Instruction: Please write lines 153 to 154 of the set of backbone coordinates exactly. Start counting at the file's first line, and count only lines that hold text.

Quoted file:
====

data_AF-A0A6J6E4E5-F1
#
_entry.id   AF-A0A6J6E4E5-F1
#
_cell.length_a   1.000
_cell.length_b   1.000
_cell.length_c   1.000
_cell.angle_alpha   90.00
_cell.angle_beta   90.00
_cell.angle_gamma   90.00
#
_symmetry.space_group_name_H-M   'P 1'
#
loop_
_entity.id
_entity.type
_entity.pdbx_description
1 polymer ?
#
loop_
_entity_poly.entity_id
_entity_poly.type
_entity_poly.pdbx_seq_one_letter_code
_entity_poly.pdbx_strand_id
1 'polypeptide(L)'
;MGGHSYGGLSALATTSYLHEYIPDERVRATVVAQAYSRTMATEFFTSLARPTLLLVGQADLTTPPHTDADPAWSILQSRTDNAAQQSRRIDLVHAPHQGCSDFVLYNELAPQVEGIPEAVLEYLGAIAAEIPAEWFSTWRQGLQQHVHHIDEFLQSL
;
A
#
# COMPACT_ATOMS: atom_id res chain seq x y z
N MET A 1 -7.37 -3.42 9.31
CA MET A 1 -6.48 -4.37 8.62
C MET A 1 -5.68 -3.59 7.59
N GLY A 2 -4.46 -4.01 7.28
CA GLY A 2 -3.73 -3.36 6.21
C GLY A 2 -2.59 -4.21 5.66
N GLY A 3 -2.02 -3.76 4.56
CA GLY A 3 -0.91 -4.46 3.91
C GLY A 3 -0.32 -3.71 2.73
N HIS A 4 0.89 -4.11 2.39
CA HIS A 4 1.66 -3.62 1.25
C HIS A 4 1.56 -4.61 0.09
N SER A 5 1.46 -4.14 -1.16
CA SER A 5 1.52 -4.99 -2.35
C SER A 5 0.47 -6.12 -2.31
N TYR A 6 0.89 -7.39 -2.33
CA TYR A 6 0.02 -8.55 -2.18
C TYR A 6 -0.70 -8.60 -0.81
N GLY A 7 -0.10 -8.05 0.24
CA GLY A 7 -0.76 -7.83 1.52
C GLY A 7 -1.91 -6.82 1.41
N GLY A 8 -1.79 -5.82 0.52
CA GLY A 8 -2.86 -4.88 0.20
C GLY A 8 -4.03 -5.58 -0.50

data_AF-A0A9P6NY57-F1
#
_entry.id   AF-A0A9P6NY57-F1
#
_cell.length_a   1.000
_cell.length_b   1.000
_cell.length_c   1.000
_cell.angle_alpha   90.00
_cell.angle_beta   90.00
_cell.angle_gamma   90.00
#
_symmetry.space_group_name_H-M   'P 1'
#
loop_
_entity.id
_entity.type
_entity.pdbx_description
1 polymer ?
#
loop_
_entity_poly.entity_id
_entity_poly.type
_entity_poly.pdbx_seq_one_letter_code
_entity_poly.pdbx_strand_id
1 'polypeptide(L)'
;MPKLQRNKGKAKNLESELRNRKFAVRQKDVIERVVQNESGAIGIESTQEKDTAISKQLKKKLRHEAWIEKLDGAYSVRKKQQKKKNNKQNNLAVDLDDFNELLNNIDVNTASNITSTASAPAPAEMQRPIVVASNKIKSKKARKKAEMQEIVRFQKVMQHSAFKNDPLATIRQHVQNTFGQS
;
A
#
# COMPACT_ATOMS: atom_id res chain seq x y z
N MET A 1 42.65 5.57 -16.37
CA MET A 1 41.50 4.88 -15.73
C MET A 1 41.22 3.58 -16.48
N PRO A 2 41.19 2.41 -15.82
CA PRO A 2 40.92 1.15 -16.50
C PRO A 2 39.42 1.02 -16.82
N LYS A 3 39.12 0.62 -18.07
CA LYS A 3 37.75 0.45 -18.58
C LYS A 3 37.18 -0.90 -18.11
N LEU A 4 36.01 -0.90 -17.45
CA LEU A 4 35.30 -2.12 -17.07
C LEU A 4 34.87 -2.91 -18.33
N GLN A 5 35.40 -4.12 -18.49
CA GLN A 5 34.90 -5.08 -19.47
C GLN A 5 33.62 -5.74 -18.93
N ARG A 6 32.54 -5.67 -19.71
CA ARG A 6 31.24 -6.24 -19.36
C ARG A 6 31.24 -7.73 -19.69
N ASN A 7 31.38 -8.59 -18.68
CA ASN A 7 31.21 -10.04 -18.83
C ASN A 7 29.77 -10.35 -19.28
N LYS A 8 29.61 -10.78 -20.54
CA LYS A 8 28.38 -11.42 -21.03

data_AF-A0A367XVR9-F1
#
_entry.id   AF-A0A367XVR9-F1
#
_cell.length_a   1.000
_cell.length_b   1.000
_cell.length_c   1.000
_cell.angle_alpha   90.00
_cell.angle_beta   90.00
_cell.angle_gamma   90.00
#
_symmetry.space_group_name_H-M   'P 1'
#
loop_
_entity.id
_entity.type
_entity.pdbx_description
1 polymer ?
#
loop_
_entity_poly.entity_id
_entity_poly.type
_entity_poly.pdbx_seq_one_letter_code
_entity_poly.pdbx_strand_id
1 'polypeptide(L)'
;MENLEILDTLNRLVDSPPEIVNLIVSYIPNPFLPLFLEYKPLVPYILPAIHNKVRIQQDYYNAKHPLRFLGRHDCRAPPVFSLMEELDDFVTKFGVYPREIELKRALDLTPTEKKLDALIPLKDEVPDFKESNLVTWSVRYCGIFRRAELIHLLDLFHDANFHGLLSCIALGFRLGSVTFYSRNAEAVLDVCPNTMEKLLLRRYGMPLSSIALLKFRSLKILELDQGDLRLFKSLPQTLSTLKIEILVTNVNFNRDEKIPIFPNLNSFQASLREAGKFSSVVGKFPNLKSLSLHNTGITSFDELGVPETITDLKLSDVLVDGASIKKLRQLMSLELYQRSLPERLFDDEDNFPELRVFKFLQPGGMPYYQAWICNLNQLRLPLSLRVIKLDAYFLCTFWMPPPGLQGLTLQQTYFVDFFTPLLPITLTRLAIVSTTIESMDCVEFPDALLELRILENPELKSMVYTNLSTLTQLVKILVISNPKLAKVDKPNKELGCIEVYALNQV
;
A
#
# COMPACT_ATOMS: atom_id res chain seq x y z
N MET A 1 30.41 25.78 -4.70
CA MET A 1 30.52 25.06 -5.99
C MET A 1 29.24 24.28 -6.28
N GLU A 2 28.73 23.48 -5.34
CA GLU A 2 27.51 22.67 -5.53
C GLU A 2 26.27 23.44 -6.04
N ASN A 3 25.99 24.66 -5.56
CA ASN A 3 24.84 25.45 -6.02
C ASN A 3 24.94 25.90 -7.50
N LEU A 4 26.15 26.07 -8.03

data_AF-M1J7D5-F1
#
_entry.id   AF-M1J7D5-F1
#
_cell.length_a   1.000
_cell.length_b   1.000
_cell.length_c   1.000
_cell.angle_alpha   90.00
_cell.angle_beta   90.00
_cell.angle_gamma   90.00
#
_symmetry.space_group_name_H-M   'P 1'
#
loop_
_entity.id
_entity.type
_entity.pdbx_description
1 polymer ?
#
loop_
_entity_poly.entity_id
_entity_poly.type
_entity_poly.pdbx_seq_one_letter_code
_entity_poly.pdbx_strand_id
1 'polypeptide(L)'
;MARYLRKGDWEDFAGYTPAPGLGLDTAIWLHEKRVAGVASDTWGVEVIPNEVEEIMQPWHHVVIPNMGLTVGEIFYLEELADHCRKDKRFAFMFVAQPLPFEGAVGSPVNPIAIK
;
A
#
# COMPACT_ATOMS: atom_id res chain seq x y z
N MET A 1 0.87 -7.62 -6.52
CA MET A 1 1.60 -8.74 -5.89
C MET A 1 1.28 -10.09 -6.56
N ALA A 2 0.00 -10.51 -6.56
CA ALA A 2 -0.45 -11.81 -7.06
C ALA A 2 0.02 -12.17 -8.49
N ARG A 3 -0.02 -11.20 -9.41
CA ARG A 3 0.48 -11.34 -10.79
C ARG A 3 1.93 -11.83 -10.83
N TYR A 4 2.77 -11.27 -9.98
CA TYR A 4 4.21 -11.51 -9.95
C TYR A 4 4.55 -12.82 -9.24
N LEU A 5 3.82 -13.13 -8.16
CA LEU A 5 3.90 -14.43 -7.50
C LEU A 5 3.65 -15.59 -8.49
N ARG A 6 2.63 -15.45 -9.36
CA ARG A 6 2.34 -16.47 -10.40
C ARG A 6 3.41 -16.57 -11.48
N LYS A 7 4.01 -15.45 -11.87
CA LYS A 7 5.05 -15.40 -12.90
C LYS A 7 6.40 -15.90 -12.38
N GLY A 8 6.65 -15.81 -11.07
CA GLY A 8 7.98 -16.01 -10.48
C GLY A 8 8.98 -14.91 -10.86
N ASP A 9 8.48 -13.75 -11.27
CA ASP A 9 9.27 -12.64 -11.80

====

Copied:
_cell.length_b   1.000
_cell.length_c   1.000